Agility Training For Tennis
A racquet sport training programme has to meet the demands of an all-round physically challenging sport. Court time should be given priority in programme design, however, players must have a skill set combining aerobic and anaerobic endurance, explosive strength and power (plyometrics) along with speed, agility and strength.
Sports specificity training takes into account training protocols and movements that closely resemble the sport involved. For sports such as tennis and squash this can be categorised into the following areas:
It is important to be able to sustain a high work rate for the duration of a game that could potentially last for hours. This type of training should combine medium intensity work with short, higher intensity training.
Medium intensity work (swimming, xtrainer or roller blading) lasting 20 minutes or more at an even and steady pace. Try to keep running to a minimum here as the body is already subjected to this in quantity during tennis practice, game play and other training methods.
Short, higher intensity interval training (short, fast sprints, cycling or skipping) lasting no longer than a minute during work periods with active recovery in between. For example, sit on an exercise bike and pedal as fast as you can for 20 seconds, and then pedal steadily for 40 to 60 seconds (your active recovery period). Repeat this sequence of speed and steady pedalling for around 20-30 minutes.
Ideally, and dependant on your level of play you should look to complete a combination of cardio endurance training at least once per week.
Speed and agility training
It is thought that during a match up to 48% of a players movement is lateral (sideways) so the ability to change direction rapidly and under control becomes an important skill. Although we combine both speed and agility when training it is important that they are also seen as individual elements.
Speed gives us the ability to complete the movement in a short period of time (quick responses, the ability for muscles to make explosive movements, the ability to execute a movement correctly at varying speeds). This is most beneficial when making quick first steps, decelerating to make ball contact or hitting powerful shots on the serve and from the baseline.
Plyometric style training can fall into this category too as its training focus is on speed of execution through explosive movement. This style of training is based around having muscles exert maximum force in as short a time as possible with the aim being to achieve as much speed and power through the movement as possible. Exercises that fall into this category can include long jumps, high jumps and box jumps.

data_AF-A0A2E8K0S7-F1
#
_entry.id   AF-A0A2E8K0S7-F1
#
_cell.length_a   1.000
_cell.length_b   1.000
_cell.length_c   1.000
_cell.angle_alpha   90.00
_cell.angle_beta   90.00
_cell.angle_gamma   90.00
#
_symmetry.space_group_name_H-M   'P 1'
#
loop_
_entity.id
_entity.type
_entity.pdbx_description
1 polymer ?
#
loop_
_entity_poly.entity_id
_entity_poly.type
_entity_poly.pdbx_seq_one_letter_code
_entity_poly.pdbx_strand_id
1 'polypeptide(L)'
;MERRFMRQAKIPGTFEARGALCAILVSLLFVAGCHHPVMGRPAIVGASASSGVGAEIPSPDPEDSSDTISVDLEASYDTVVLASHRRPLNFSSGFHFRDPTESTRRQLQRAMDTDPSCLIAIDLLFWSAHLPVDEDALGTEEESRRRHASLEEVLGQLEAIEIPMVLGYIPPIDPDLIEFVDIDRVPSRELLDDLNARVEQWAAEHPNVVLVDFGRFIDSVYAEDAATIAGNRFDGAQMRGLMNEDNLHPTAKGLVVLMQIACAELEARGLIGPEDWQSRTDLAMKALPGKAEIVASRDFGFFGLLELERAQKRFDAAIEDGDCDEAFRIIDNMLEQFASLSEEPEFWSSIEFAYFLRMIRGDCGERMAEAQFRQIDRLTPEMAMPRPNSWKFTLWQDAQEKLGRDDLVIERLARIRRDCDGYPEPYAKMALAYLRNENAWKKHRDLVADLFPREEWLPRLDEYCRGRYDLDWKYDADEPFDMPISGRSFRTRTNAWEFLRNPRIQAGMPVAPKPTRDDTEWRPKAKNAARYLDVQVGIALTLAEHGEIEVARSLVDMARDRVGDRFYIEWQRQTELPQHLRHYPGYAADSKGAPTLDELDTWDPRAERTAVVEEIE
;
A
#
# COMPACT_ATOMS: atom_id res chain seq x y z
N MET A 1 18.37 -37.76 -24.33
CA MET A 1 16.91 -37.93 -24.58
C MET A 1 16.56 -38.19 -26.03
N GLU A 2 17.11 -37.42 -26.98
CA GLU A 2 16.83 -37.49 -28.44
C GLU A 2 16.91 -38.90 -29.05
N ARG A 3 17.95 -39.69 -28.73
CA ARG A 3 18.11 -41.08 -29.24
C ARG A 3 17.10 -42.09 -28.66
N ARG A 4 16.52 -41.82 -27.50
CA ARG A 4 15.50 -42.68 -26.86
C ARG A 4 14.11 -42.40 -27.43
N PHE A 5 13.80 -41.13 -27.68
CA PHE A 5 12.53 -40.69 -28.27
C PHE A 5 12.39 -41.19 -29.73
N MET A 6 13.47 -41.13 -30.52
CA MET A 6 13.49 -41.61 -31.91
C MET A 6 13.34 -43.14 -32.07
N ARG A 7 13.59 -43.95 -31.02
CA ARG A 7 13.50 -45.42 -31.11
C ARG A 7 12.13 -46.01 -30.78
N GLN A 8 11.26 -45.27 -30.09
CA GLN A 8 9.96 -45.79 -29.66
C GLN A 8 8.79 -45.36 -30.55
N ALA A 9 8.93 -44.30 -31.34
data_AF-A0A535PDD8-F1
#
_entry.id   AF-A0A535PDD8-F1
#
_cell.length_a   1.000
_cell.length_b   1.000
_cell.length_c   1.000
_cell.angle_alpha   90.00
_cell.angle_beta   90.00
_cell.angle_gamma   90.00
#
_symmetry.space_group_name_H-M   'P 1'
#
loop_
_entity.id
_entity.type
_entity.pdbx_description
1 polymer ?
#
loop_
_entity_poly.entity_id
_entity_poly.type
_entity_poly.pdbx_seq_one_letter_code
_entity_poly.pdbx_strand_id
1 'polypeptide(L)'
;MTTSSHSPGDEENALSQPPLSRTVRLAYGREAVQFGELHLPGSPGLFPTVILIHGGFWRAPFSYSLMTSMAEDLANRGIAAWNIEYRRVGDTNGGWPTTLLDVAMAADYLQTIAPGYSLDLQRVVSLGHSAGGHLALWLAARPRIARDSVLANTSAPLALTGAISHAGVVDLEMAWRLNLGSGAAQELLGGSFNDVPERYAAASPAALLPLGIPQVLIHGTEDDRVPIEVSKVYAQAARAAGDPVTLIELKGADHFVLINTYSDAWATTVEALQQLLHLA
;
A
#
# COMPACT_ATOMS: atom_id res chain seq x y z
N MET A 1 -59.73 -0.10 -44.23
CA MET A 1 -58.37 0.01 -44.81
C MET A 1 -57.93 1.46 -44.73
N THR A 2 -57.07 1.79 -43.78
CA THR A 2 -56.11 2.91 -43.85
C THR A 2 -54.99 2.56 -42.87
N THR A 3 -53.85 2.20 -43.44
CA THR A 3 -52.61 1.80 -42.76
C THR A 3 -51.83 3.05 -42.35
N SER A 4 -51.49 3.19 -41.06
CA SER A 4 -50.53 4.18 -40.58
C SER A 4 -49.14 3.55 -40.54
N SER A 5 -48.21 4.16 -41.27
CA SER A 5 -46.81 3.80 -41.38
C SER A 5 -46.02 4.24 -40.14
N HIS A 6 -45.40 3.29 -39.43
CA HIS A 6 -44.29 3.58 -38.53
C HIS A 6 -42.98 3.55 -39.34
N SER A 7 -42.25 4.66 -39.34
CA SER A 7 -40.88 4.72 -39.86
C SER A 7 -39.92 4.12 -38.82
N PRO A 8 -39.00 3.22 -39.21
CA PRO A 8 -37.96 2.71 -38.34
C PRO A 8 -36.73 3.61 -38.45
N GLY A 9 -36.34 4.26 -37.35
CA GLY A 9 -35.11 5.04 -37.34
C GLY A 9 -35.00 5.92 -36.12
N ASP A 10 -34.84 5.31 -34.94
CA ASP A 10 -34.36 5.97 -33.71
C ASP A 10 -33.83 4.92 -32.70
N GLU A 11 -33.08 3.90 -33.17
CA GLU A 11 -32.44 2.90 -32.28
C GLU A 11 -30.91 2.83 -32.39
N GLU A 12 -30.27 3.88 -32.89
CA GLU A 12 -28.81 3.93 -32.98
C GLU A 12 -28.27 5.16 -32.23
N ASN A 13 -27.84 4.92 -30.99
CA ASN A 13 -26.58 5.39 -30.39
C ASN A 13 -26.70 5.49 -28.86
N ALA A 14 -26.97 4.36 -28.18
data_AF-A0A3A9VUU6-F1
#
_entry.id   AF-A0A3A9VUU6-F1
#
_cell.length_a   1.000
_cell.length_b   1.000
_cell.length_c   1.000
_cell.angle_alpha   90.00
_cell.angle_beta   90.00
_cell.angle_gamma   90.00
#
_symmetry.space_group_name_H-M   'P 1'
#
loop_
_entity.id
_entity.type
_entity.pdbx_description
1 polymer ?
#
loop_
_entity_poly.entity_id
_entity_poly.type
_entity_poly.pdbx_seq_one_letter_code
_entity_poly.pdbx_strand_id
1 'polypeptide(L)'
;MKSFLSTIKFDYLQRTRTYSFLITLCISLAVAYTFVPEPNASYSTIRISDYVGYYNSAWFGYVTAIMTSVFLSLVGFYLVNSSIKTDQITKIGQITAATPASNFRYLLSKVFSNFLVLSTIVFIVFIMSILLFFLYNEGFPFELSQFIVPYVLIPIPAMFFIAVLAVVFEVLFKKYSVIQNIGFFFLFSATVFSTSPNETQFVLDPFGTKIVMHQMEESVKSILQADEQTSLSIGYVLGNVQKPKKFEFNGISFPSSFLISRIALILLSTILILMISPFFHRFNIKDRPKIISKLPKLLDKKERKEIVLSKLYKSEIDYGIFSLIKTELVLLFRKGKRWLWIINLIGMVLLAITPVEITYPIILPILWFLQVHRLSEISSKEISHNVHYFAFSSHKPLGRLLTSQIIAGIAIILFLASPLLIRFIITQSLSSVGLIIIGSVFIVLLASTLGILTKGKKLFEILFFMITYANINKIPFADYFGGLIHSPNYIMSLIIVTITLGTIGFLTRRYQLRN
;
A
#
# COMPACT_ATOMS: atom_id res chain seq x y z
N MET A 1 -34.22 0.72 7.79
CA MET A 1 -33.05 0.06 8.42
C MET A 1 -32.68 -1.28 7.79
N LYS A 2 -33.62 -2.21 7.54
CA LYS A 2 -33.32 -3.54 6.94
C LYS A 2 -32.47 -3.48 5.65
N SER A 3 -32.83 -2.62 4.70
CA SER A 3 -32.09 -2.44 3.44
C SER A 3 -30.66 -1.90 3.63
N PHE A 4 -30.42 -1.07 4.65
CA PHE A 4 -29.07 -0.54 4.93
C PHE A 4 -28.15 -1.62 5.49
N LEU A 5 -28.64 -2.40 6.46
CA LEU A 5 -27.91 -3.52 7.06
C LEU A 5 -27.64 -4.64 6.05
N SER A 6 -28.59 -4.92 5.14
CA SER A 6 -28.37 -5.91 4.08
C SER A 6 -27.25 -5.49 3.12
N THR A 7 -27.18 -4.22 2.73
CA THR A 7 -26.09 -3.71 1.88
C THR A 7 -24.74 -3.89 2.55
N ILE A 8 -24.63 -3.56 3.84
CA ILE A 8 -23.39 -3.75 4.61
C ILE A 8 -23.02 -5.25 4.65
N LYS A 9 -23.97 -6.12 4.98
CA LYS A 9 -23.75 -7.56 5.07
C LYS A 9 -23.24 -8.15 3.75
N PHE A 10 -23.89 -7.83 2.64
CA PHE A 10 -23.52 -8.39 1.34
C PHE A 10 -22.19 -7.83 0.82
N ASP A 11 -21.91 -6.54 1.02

Agility allows us to change the body’s direction efficiently so that movements are executed smoothly with strong coordination, accurately and in a relaxed form using minimal energy. This type of training takes into consideration movement coordination and precision. Agility is most commonly seen when playing very efficient (well timed) shots and having the ability to adjust to difficult shots with no apparent effort.
There are many drills and variations that can be used to work these two separate skills during a training session including ball drops, fan drills, spider drills and cross court drills.
It is important that the body is strong as well as agile and cardio fit to be able to create an element of power. However, you must find the right balance between muscle mass to create power without becoming bulky which may slow you down. Ideally you should be looking to complete a ratio of higher repetitions with lower weight to avoid greater chance of gaining unnecessary muscle mass.
A resistance programme for racquet sports should encompass the whole body as the entire body is ustilised when playing. Upper body exercises should be comprised of basic movements to improve general strength. Dumbbells are preferable where possible as they ensure that each side is working individually to create as much muscular symmetry as possible and core exercises should include some rotation to mimic the movement needed during a game. Lower body exercises should be designed to add strength and power. For more experienced gym goers Olympic movements where increased acceleration is required can be beneficial. Squat patterns are a good basis for increasing leg strength while the inclusion of a lateral lunge will mirror the potential movement through your game.
Due to the potential imbalances caused by this dominant-side sport, resistance training can also aid the correction of muscular imbalances and assist in injury prevention.